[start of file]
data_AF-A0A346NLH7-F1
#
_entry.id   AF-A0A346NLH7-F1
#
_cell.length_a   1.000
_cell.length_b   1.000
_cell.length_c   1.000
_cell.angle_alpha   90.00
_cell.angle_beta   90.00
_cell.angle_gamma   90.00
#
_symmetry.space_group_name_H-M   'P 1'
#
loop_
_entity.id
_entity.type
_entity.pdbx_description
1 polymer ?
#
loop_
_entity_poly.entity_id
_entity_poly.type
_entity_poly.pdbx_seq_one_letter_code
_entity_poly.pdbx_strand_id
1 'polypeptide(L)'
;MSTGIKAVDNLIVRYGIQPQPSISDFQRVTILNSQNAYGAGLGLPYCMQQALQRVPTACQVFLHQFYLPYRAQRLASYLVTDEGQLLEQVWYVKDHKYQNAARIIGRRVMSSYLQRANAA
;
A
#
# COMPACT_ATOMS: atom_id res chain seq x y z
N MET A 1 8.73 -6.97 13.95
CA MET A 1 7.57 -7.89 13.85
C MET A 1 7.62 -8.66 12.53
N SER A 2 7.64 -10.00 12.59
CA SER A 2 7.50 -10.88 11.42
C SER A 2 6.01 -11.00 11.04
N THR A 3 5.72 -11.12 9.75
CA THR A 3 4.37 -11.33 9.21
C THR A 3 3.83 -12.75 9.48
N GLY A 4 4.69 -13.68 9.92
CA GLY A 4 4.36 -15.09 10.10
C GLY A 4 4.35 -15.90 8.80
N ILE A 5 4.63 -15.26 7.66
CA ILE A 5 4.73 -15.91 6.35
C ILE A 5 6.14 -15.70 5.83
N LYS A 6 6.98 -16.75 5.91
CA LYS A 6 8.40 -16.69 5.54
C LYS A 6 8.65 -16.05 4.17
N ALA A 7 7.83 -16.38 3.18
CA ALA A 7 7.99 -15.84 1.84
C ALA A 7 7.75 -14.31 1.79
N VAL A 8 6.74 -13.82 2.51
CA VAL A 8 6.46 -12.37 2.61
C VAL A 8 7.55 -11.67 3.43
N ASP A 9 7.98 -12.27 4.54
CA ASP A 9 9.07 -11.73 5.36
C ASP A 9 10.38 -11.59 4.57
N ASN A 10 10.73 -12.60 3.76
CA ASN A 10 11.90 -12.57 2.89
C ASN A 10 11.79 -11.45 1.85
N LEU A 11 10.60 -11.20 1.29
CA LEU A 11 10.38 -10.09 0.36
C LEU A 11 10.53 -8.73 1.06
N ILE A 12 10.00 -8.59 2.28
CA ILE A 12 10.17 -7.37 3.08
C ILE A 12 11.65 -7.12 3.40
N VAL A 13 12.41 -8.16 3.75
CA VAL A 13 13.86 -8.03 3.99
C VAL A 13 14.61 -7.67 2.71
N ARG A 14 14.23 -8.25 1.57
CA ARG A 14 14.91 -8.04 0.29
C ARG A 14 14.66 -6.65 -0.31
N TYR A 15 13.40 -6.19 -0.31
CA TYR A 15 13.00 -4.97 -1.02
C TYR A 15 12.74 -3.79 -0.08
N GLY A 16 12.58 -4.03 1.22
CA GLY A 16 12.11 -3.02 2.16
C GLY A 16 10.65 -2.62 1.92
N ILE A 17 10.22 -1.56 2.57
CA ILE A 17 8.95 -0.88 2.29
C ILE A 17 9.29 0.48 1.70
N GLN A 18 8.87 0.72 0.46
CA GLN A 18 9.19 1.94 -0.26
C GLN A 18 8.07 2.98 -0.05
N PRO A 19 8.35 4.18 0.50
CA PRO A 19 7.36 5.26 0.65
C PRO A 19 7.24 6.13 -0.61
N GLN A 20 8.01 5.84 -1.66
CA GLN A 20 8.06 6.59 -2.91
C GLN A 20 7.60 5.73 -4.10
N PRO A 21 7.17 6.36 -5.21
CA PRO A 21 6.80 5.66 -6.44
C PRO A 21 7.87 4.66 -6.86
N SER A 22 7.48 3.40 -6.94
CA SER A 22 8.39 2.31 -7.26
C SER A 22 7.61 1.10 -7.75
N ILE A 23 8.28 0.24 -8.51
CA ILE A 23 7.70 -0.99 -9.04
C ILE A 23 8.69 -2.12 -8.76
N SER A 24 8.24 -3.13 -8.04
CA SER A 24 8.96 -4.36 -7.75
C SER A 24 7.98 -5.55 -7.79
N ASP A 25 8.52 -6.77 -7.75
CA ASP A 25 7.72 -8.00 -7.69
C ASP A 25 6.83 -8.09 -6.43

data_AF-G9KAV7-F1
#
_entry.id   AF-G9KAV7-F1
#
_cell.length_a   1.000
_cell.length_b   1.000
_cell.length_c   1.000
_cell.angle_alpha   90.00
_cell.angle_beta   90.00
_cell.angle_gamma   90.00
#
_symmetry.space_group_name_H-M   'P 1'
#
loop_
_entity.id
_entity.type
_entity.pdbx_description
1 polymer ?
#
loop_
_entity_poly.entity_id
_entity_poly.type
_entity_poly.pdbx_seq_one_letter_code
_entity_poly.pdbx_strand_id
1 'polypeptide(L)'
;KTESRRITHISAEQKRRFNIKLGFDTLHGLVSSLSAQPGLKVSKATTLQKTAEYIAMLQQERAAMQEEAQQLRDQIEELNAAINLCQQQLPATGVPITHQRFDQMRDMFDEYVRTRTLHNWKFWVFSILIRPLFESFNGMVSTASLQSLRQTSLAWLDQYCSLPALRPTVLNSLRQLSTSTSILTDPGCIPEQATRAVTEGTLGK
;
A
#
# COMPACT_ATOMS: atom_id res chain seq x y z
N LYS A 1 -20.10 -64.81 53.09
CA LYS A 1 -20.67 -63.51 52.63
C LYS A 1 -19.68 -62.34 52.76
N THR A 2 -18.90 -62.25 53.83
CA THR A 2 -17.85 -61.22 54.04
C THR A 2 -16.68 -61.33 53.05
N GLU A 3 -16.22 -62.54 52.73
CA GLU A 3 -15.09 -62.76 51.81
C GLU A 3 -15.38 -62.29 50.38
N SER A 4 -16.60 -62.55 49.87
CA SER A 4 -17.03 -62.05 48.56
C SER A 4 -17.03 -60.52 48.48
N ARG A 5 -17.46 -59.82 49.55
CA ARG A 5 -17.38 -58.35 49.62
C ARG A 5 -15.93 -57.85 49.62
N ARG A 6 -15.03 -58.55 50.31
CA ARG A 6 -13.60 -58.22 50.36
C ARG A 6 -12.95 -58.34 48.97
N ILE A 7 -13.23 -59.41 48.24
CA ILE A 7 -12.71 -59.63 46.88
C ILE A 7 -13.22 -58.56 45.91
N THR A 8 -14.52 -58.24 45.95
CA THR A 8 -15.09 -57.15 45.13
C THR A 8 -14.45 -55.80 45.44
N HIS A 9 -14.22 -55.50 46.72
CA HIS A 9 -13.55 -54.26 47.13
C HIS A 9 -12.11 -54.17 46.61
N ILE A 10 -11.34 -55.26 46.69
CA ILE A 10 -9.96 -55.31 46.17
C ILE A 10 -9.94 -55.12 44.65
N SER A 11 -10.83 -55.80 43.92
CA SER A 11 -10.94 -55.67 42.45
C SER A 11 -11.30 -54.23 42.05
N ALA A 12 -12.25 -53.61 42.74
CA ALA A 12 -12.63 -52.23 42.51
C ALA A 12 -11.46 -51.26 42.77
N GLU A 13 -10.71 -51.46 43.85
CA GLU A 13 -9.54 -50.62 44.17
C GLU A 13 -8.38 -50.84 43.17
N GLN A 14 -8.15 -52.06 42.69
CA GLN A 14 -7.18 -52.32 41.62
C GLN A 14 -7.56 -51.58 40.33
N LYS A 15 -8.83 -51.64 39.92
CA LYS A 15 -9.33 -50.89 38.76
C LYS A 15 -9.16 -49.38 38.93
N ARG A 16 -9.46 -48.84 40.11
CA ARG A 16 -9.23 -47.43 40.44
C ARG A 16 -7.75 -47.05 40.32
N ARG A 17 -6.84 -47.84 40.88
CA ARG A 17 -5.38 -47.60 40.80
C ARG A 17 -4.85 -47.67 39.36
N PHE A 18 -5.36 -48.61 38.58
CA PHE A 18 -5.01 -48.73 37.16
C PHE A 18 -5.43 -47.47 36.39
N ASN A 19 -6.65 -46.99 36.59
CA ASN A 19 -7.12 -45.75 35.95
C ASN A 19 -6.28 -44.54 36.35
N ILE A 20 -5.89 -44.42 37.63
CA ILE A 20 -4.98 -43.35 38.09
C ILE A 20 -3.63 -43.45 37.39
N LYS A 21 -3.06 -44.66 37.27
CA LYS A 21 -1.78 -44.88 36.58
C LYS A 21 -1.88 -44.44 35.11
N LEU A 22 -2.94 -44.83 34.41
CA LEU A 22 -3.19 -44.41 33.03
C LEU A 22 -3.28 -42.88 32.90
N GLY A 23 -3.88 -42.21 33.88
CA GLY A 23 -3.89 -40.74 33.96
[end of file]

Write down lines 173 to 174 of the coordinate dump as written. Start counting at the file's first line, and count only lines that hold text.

CA GLU A 13 -9.54 -50.62 44.17
C GLU A 13 -8.38 -50.84 43.17